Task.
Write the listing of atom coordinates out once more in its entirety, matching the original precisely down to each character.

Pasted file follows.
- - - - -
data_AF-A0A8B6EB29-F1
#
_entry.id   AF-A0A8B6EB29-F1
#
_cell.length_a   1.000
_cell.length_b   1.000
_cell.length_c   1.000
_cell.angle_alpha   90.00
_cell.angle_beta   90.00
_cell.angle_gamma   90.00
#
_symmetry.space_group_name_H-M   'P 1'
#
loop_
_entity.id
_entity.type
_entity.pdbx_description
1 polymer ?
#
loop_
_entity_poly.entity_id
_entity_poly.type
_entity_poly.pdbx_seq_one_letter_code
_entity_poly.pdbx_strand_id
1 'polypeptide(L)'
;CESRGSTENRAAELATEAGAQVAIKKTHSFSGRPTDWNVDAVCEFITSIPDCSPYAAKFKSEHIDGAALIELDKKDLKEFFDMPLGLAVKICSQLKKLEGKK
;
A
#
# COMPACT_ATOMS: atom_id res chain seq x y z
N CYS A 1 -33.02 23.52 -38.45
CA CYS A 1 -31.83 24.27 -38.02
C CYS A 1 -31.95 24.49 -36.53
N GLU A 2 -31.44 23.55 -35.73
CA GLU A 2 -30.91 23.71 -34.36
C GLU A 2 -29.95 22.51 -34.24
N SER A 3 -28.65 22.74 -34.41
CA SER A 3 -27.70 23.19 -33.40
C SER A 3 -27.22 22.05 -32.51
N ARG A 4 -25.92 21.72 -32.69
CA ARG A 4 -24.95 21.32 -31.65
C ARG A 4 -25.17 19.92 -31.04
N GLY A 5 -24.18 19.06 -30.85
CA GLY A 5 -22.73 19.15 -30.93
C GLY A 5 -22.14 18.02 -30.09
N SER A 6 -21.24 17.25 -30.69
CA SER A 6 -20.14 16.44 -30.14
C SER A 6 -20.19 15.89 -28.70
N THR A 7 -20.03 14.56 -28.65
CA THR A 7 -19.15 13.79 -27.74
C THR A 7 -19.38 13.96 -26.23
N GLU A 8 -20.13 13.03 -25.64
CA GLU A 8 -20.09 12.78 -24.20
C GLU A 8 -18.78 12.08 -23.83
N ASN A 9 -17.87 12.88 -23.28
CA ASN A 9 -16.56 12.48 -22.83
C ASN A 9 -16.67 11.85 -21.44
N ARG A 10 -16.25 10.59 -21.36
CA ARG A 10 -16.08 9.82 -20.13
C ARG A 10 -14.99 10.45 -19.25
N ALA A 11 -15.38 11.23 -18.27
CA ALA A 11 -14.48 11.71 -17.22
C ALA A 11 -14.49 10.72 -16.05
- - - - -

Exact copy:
data_AF-A0A8B6EB29-F1
#
_entry.id   AF-A0A8B6EB29-F1
#
_cell.length_a   1.000
_cell.length_b   1.000
_cell.length_c   1.000
_cell.angle_alpha   90.00
_cell.angle_beta   90.00
_cell.angle_gamma   90.00
#
_symmetry.space_group_name_H-M   'P 1'
#
loop_
_entity.id
_entity.type
_entity.pdbx_description
1 polymer ?
#
loop_
_entity_poly.entity_id
_entity_poly.type
_entity_poly.pdbx_seq_one_letter_code
_entity_poly.pdbx_strand_id
1 'polypeptide(L)'
;CESRGSTENRAAELATEAGAQVAIKKTHSFSGRPTDWNVDAVCEFITSIPDCSPYAAKFKSEHIDGAALIELDKKDLKEFFDMPLGLAVKICSQLKKLEGKK
;
A
#
# COMPACT_ATOMS: atom_id res chain seq x y z
N CYS A 1 -33.02 23.52 -38.45
CA CYS A 1 -31.83 24.27 -38.02
C CYS A 1 -31.95 24.49 -36.53
N GLU A 2 -31.44 23.55 -35.73
CA GLU A 2 -30.91 23.71 -34.36
C GLU A 2 -29.95 22.51 -34.24
N SER A 3 -28.65 22.74 -34.41
CA SER A 3 -27.70 23.19 -33.40
C SER A 3 -27.22 22.05 -32.51
N ARG A 4 -25.92 21.72 -32.69
CA ARG A 4 -24.95 21.32 -31.65
C ARG A 4 -25.17 19.92 -31.04
N GLY A 5 -24.18 19.06 -30.85
CA GLY A 5 -22.73 19.15 -30.93
C GLY A 5 -22.14 18.02 -30.09
N SER A 6 -21.24 17.25 -30.69
CA SER A 6 -20.14 16.44 -30.14
C SER A 6 -20.19 15.89 -28.70
N THR A 7 -20.03 14.56 -28.65
CA THR A 7 -19.15 13.79 -27.74
C THR A 7 -19.38 13.96 -26.23
N GLU A 8 -20.13 13.03 -25.64
CA GLU A 8 -20.09 12.78 -24.20
C GLU A 8 -18.78 12.08 -23.83
N ASN A 9 -17.87 12.88 -23.28
CA ASN A 9 -16.56 12.48 -22.83
C ASN A 9 -16.67 11.85 -21.44
N ARG A 10 -16.25 10.59 -21.36
CA ARG A 10 -16.08 9.82 -20.13
C ARG A 10 -14.99 10.45 -19.25
N ALA A 11 -15.38 11.23 -18.27
CA ALA A 11 -14.48 11.71 -17.22
C ALA A 11 -14.49 10.72 -16.05